Over last few years, we’ve kept up a dizzying pace. Movements from #BlackLivesMatter to #MeToo to #EnoughIsEnough have kept philanthropy on our toes. In the best-case scenario, we’ve heeded the charge to pay attention, leaned in closer, rethought our work, took more risks and changed policies or practices that haven’t worked to improve the lives of the people we serve.
To be real about it, all this action and reaction, thinking and learning, changing and trying has worn many of us out.
I know it has taken a toll on me and the team at Deaconess Foundation. And despite the demands and the urgency of the moment, every now and then you’ve got to stop and take stock. It’s time to hold up the mirror. Quite frankly, I’m not sure we can afford not to.
In 2014, we knew we were launching a new strategic direction to build community capacity, then found ourselves on the streets during the Ferguson uprising.
In 2015, trustees and staff helped facilitate grassroots engagement of 3,000 citizens to deliver a policy-centered call for regional racial equity through the Ferguson Commission, while collaborating with philanthropic partners to build power for local accountability.
In 2016, we tried to model change by working with the ABFE to train our board of trustees, staff and community advisory board in Responsive Philanthropy for Black Communities. We also recalibrated our theory of change to integrate results-based accountability, the Program for Environmental and Regional Equity’s Changing States framework and racial equity.
Rooted in our ongoing journey, last year we helped facilitate field-wide learning by leading Grantmakers for Effective Organizations’ Racial Equity Advisory Group. Then, at the beginning of this year, we opened a 21,000 square foot community action tank in an underdeveloped neighborhood, co-locating with long-term partners and granting space for convening to power-building policy advocates.
We’ve got way too much going on! But, we just added one more thing. Deaconess joined a group of foundations using NCRP’s Power Moves: Your essential philanthropy assessment guide for equity and justice to help assess and learn about how well (or poorly) we’re doing building, sharing and wielding power with our partners.
Embarking on a power journey
We’re clear that racial equity and public policy change are the most sustainable approaches to advance child well-being in the St. Louis region. Neither is possible without power.
So, we want to know just how powerful we and our partners in this movement for children really are. We’re making the time to assess ourselves and reflect with our colleagues for a couple of reasons.
First, we’re aware of the potential for self-deception. The privilege of philanthropy and power dynamics with many of our partners allows us to blame others for a lack of missional progress and social change. Meanwhile, we pat ourselves on the back for valiant efforts.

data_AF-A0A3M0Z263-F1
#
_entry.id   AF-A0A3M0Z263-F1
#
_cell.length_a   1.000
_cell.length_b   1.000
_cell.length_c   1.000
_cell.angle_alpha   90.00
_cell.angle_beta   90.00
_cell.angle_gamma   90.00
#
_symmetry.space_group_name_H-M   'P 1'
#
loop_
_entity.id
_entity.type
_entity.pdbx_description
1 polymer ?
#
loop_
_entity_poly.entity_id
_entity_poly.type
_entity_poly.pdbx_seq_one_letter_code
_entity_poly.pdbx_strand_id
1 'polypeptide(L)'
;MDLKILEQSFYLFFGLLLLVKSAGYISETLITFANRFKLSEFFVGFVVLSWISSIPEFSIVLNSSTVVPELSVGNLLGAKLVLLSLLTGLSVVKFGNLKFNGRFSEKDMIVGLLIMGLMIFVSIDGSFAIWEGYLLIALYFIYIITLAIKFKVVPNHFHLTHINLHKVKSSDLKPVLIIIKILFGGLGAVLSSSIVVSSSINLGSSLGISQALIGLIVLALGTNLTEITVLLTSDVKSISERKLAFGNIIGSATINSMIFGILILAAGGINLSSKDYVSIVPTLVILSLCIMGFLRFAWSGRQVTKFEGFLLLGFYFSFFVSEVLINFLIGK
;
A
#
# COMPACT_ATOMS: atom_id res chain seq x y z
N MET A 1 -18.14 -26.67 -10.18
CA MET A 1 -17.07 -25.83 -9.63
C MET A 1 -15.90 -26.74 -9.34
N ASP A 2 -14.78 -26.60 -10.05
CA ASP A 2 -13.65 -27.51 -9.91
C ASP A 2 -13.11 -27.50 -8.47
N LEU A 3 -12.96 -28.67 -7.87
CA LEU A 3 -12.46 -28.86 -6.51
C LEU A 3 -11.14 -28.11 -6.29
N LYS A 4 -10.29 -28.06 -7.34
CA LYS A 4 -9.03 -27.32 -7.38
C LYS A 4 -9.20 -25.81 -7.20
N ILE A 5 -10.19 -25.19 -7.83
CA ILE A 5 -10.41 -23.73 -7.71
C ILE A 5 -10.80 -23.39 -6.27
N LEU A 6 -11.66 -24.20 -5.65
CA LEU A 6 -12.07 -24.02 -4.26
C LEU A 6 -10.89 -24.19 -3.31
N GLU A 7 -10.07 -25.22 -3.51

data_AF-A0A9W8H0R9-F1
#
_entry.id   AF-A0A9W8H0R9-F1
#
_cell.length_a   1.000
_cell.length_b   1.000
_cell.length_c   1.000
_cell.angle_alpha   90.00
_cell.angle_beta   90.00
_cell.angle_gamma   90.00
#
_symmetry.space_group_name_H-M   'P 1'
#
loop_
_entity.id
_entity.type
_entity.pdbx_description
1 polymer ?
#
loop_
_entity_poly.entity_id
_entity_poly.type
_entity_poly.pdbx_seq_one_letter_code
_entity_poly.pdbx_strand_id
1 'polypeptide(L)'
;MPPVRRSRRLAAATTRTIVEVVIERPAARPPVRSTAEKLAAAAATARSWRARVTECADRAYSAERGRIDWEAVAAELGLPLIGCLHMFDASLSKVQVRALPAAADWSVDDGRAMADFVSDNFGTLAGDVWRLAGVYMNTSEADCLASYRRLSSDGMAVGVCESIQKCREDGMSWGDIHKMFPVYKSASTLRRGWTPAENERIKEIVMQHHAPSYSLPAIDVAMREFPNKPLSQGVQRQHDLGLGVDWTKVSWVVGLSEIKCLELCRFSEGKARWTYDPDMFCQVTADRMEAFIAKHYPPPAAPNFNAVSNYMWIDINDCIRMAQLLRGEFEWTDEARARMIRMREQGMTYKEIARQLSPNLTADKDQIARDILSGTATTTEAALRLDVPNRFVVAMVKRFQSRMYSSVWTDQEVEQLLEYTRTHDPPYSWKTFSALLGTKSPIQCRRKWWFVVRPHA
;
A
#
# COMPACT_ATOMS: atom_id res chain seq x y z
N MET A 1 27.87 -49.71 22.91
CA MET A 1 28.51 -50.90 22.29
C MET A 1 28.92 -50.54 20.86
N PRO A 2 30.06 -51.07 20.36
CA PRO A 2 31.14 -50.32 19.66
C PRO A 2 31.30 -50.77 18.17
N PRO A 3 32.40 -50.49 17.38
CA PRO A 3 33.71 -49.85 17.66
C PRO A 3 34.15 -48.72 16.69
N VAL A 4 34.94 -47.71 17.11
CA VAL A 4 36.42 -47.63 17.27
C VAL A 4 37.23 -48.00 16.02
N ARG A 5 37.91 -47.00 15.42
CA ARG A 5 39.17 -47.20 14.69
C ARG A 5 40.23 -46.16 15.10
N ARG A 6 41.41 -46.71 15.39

Those of us who regularly gather and are blessed to don platforms to discuss and frame explicit equity work, efforts in marginalized communities and the latest research increasingly avoid conversation about political wins and winds. Yet, our theories don’t become action without power.
And, because the case studies we present at conferences are like our personal social media feeds (only showing the best of our lives), partners on the ground and in community may give us a reality check when friends in the field applaud our leadership.
Second, we recognize The Power of Moments. In Chip and Dan Heath’s book by this title, the brothers discuss how peak moments in our lives can change everything. These times, they say, are marked by elevation, pride, insight and connection. (They warn against using the E.P.I.C. acrostic, so don’t tell them I did.) The year 2014 was a pivotal, yet tragic, moment in our history. It was the 250th anniversary of the founding of St. Louis, the 125th anniversary of the Deaconess mission and the beginning of a renewed movement for racial justice in our community. It also launched us on this path to build power.
We want 2018 and 2019 to be E.P.I.C. as well. The mid-term elections and federal political change have elevated the moment for us. We hope this process of learning in connection with colleagues will lead to insight we can be proud of.
Who needs another thing to do? We do.
And so, do you. Because you want to build, share and wield power for social change.
It’s time to make Power Moves.
The Reverend Starsky D. Wilson is president & CEO of Deaconess Foundation and chair of NCRP. He also serves on the boards for Grantmakers for Effective Organizations, Chicago Theological Seminary and the Samuel DeWitt Proctor Conference. He is an advisor to the Democracy Fund and Let America Vote. Follow him at @revstarsky or @deaconessfound.
Editor’s note: Deaconess Foundation is one of nearly two dozen foundations and philanthropy advisors participating in communities of practice as they begin using Power Moves. We’ll announce the list of participants in the coming weeks. Stay tuned!